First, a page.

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Author Topic: confused about Chihuahua behavior  (Read 8499 times)
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Yorkiesrus
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« on: January 03, 2008, 08:57:52 PM »

I am new on this site. We just got a Chihuahua from a shelter who was abused by a woman. She used to kick him we are told. He is two years old (approx) and weighs only 3.5 lbs. He was in the shelter for about a month before we got him about a week and a half ago. It took him about two weeks before he'd go to the female but went to her husband immediately. They thought it'd take him some time when he came here too but took to me pretty much right away.

One thing we've noticed is he doesn't like to be touched near his back side. Probably where she abused him. BUT...we (Charlie and I) have been getting along just fine till tonight. He has growled at me about three different times. He wanted me to hold him so i did and went to pet him and he snapped at me. Scared me to death. He has not acted like this since we've had him. I am totally baffled by his behavior tonight and a little hurt too. Hurt because i thought we were getting along (me being female and all) and now this. I am so clueless.  Does anyone have any words of wisdom for me on how to handle Charlie?

TIA
Cindy
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Yorkiesrus
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« Reply #1 on: January 03, 2008, 09:33:15 PM »

Thanks for your welcome and reply. Yes we've had him to the vet and he says that he seems normal to him. Charlie wouldn't let the dr near him so could only listen to his lungs while i held him otherwise showed his teeth and growled. I don't want him biting me nor anyone else and it seemed like we were getting along and then this tonight. I am so dumbfounded.
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Mandycat
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« Reply #2 on: January 03, 2008, 09:39:24 PM »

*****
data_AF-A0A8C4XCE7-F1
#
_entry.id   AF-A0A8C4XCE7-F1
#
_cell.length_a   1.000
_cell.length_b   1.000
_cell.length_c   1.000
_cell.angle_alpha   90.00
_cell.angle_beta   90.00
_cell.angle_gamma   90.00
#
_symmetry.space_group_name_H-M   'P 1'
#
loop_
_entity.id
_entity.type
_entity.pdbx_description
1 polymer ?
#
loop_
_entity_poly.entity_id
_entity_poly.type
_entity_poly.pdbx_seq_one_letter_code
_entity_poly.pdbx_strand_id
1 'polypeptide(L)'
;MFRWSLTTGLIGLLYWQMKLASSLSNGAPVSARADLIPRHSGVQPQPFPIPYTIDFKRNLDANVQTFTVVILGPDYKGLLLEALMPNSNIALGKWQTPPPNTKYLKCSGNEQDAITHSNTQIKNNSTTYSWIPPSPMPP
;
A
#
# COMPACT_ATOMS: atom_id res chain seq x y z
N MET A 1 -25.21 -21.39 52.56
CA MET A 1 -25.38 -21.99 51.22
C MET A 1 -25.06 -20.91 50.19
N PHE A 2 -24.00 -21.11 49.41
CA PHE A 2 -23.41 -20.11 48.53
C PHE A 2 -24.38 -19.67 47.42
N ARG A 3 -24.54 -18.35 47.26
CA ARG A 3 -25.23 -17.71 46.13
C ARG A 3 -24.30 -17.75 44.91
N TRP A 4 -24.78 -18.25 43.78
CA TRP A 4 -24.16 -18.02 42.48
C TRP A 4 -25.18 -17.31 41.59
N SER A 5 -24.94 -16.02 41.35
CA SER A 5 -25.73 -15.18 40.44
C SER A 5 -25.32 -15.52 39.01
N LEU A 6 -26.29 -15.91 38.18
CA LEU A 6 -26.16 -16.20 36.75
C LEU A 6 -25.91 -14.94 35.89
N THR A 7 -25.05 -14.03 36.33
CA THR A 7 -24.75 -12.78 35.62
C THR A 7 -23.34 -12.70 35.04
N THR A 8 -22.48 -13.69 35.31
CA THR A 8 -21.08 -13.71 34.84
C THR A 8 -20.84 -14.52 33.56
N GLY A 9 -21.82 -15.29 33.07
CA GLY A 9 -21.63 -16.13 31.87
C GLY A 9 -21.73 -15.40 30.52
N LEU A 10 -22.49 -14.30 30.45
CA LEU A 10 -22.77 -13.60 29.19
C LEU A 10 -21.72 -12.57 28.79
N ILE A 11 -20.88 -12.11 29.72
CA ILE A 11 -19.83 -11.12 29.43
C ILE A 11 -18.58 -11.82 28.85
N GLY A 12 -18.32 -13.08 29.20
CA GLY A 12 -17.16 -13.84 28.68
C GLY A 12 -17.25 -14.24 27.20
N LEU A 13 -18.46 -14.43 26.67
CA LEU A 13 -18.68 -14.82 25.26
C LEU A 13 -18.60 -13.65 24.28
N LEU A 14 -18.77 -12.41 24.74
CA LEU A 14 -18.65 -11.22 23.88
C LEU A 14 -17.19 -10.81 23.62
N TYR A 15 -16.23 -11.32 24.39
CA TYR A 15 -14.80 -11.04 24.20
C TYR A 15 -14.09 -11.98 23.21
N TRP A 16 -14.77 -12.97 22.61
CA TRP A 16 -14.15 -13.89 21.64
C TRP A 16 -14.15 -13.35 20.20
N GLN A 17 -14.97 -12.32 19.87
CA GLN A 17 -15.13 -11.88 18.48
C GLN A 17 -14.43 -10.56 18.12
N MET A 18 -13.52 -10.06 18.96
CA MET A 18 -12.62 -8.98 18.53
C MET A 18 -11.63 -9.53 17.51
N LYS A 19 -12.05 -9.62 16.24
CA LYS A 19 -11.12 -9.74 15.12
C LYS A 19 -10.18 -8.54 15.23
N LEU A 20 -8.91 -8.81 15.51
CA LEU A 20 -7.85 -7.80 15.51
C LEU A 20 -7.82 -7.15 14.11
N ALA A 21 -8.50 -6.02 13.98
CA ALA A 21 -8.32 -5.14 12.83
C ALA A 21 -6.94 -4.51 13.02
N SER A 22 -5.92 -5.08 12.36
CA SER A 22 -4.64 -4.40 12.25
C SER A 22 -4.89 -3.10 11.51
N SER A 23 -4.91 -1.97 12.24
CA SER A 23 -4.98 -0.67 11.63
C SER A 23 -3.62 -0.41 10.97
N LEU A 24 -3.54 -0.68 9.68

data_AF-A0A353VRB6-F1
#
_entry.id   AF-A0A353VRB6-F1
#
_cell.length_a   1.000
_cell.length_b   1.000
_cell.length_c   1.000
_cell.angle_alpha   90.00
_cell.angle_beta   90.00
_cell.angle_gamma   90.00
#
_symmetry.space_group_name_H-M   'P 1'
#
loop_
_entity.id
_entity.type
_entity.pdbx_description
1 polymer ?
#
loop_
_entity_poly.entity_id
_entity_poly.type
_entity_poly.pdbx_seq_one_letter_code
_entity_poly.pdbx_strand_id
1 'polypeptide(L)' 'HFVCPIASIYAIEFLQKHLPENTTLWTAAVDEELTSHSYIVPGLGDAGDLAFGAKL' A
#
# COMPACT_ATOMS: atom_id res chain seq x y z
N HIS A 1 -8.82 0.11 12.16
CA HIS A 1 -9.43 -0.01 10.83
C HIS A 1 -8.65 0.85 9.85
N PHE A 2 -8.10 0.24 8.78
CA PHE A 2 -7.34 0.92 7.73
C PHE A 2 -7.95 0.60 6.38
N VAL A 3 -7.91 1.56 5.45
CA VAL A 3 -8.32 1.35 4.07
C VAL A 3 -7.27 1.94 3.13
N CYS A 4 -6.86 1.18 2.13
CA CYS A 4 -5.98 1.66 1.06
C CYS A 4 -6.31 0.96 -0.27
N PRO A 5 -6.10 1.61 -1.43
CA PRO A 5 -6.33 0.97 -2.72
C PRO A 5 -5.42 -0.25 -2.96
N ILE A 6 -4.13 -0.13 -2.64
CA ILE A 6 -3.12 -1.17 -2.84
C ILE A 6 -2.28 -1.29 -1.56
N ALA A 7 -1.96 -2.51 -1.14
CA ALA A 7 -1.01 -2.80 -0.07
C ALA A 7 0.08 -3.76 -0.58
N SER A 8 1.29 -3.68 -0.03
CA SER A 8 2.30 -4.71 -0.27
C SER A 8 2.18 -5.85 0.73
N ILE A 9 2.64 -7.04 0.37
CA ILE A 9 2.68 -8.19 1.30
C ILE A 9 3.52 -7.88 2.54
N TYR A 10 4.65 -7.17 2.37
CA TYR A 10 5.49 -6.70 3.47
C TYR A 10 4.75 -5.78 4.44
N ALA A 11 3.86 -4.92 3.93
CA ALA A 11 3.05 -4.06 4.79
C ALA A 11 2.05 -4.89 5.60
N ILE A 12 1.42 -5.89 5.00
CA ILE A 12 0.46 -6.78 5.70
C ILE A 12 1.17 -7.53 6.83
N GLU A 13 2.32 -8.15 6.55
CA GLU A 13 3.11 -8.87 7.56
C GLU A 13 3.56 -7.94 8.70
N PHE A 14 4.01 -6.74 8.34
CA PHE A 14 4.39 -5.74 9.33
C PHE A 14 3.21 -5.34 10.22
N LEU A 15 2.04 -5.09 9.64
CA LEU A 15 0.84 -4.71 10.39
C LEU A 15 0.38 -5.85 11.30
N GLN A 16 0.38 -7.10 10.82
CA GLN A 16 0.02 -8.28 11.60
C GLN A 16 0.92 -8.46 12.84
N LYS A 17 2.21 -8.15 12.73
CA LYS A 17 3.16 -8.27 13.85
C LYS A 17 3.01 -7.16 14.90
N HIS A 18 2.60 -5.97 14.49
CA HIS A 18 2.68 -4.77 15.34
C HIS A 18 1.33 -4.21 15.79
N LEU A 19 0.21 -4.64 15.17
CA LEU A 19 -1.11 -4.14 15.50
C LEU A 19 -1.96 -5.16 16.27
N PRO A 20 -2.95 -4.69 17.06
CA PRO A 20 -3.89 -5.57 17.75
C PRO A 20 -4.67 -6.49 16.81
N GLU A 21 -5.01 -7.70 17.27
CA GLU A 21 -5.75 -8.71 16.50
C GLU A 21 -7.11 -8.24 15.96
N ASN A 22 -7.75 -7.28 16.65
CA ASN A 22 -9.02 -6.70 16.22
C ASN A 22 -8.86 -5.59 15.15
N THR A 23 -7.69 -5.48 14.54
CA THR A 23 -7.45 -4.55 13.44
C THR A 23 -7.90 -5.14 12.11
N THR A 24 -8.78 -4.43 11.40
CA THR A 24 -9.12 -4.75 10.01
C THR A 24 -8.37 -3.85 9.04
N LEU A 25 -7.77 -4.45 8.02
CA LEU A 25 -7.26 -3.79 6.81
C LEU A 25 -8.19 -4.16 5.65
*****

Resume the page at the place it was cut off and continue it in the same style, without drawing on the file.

Charlie probably should be checked by a vet to be sure that there is no significant problem causing him pain so that it can be treated if necessary.  Perhaps he is just scared right now and it will take patience for him to trust you.  When my cat first "adopted" us 14 years ago, she was injured but we did not know how it happened.  She appeared on our porch, and when we could not find her owner, I took her to the vet for evaluation, shots, etc. and she became part of our family.  Although she was friendly, she did not like to be picked up off of the floor and held in our arms.  She would squirm and meow and made it quite clear that she wanted to be put down.  We just allowed her to come to us and determine just how much physical contact she wanted.  It took a while, but now she loves to cuddle, be held, and is definitely a lap cat.  Sometimes it just takes a little time and patience for them to forget their abusive past.  We thought that probably being picked up from the floor reminded her of some past bad experience and just allowed her to gradually get over that.  Good luck!  And welcome to the forum.
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Mandycat
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« Reply #3 on: January 03, 2008, 09:42:25 PM »